Capital Market Outlook
May 8, 2023
IN THIS ISSUE
- Macro Strategy — A War-like Policy Response from a Unified Federal Reserve and Treasury: Parallels between WWII and Coronavirus Eras: Both eras have been characterized by an interventionist Federal Reserve which facilitated high nominal gross domestic product growth and eventually very high inflation.
- Market View — Portfolio Construction for Turbulent Times: Think Hard Hats, Hard Assets and Hard Power: While investors remain guarded and cautious near term for numerous reasons, investors should recognize and position for the coming multiyear boom in U.S infrastructure.
- Thought of the Week — SPACs: Proof That Fads Fade: In our view, the swift rise and fall of special purpose acquisition companies emphasizes the importance of staying true to a carefully crafted long-term investing plan.
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The Chief Investment Office (CIO) provides thought leadership on wealth management, investment strategy and global markets; portfolio management solutions; due diligence; and solutions oversight and data analytics. CIO viewpoints are developed for Bank of America Private Bank, a division of Bank of America, N.A., (“Bank of America") and Merrill Lynch, Pierce, Fenner & Smith Incorporated (“MLPF&S" or “Merrill"), a registered broker-dealer, registered investment adviser and a wholly owned subsidiary of Bank of America Corporation (“BofA Corp.").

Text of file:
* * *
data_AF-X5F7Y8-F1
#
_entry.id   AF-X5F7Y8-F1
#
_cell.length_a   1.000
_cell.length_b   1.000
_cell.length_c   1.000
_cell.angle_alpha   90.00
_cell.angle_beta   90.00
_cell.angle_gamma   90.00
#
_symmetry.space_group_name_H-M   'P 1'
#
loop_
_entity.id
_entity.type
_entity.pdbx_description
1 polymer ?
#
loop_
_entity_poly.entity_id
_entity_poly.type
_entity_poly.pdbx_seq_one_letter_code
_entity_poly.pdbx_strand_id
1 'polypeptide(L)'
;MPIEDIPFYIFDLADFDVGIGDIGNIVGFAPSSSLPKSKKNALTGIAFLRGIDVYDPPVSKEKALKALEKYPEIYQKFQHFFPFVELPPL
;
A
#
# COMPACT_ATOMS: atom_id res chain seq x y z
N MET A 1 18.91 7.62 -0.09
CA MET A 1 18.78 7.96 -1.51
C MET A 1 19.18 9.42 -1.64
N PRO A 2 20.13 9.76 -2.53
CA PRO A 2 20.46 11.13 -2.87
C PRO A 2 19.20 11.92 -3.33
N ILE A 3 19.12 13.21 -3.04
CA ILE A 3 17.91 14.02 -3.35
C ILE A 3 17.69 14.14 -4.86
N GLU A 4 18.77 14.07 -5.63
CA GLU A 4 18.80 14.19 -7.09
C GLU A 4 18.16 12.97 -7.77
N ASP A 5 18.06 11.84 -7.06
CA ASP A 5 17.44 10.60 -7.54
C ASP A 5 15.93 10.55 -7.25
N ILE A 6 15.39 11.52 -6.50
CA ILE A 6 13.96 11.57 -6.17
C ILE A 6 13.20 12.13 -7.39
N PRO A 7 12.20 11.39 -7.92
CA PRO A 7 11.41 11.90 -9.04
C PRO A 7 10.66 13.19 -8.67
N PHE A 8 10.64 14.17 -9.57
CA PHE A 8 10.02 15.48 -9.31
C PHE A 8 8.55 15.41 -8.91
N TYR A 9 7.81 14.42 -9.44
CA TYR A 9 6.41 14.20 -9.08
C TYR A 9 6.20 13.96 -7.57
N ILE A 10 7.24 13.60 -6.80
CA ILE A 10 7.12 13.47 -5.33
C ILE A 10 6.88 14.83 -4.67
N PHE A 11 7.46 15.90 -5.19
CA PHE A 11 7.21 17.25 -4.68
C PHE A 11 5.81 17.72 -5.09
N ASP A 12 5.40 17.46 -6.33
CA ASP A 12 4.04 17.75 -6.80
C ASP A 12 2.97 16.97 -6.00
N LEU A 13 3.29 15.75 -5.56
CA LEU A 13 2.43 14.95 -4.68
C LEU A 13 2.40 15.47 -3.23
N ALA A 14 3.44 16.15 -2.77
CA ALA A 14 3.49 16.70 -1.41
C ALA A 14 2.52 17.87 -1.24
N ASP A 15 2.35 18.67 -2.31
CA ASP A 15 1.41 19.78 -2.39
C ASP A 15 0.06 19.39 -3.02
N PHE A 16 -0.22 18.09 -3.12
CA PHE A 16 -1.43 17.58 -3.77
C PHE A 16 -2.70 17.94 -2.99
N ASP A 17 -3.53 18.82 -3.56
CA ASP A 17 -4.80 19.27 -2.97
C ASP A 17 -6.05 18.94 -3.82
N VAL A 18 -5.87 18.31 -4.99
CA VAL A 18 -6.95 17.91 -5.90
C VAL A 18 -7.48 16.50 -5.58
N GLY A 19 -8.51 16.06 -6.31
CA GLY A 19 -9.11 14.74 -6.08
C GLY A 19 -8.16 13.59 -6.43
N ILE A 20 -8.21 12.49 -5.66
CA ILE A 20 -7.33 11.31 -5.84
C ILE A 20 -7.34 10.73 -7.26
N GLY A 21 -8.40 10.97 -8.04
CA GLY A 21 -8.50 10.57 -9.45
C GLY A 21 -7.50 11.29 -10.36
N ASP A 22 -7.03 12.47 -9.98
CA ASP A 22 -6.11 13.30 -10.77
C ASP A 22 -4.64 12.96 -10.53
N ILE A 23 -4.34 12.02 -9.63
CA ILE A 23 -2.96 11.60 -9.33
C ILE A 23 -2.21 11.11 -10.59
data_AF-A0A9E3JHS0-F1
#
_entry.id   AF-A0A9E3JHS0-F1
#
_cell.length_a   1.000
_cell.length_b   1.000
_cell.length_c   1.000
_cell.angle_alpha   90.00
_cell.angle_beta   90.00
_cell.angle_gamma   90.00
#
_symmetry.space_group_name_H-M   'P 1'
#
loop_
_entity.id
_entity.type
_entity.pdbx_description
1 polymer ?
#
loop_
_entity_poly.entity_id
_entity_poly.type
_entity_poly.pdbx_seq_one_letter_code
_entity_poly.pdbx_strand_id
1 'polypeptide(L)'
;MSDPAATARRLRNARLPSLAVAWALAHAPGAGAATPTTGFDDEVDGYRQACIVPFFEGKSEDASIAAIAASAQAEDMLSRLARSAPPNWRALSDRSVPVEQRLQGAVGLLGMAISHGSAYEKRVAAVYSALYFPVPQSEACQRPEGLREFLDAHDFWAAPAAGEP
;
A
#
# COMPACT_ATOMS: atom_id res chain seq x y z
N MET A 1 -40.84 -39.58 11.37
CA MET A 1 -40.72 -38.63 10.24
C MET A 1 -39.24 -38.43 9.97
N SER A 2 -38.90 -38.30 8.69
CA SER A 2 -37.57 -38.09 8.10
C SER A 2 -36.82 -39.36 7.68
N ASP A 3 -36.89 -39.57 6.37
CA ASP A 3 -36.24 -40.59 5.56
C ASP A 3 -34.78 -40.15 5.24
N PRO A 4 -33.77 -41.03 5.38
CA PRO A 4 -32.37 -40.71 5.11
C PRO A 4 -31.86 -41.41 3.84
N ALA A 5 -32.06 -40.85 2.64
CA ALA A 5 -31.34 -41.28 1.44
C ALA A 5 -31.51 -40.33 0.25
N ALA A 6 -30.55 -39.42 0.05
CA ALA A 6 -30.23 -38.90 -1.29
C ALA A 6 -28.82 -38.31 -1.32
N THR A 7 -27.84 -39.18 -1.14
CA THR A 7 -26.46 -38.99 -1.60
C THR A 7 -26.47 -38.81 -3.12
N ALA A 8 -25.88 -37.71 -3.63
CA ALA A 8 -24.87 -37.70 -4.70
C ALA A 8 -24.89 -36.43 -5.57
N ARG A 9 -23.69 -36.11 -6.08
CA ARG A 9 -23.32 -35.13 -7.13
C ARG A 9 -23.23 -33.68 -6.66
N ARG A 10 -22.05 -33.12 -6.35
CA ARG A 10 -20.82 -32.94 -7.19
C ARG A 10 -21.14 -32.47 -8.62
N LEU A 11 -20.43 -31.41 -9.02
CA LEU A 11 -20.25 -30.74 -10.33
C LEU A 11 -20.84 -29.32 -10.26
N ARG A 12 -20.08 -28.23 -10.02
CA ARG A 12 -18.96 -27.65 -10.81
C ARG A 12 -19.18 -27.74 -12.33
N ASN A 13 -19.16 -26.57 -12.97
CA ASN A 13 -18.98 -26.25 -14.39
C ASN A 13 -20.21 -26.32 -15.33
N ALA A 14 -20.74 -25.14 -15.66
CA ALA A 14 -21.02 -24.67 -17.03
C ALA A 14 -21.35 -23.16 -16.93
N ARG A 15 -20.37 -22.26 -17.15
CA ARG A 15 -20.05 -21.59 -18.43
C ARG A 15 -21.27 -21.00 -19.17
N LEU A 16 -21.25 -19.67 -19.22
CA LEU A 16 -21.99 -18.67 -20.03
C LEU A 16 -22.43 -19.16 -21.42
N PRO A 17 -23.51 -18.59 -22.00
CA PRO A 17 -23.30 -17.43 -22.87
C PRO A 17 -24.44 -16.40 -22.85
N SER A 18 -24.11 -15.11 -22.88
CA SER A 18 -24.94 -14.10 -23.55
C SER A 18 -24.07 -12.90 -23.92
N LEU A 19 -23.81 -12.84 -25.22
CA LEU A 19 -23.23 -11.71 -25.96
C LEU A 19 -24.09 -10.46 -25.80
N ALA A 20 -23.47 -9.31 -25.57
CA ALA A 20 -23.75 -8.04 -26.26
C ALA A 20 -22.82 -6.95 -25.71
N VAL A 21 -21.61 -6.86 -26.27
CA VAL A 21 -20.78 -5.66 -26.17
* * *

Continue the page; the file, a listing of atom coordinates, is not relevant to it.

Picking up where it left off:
All recommendations must be considered in the context of an individual investor’s goals, time horizon, liquidity needs and risk tolerance. Not all recommendations will be in the best interest of all investors.
Asset allocation, diversification and rebalancing do not ensure a profit or protect against loss in declining markets.
Investments have varying degrees of risk. Some of the risks involved with equity securities include the possibility that the value of the stocks may fluctuate in response to events specific to the companies or markets, as well as economic, political or social events in the U.S. or abroad. Bonds are subject to interest rate, inflation and credit risks. Treasury bills are less volatile than longer-term fixed income securities and are guaranteed as to timely payment of principal and interest by the U.S. government. Investments in foreign securities (including ADRs) involve special risks, including foreign currency risk and the possibility of substantial volatility due to adverse political, economic or other developments. These risks are magnified for investments made in emerging markets. Investments in a certain industry or sector may pose additional risk due to lack of diversification and sector concentration.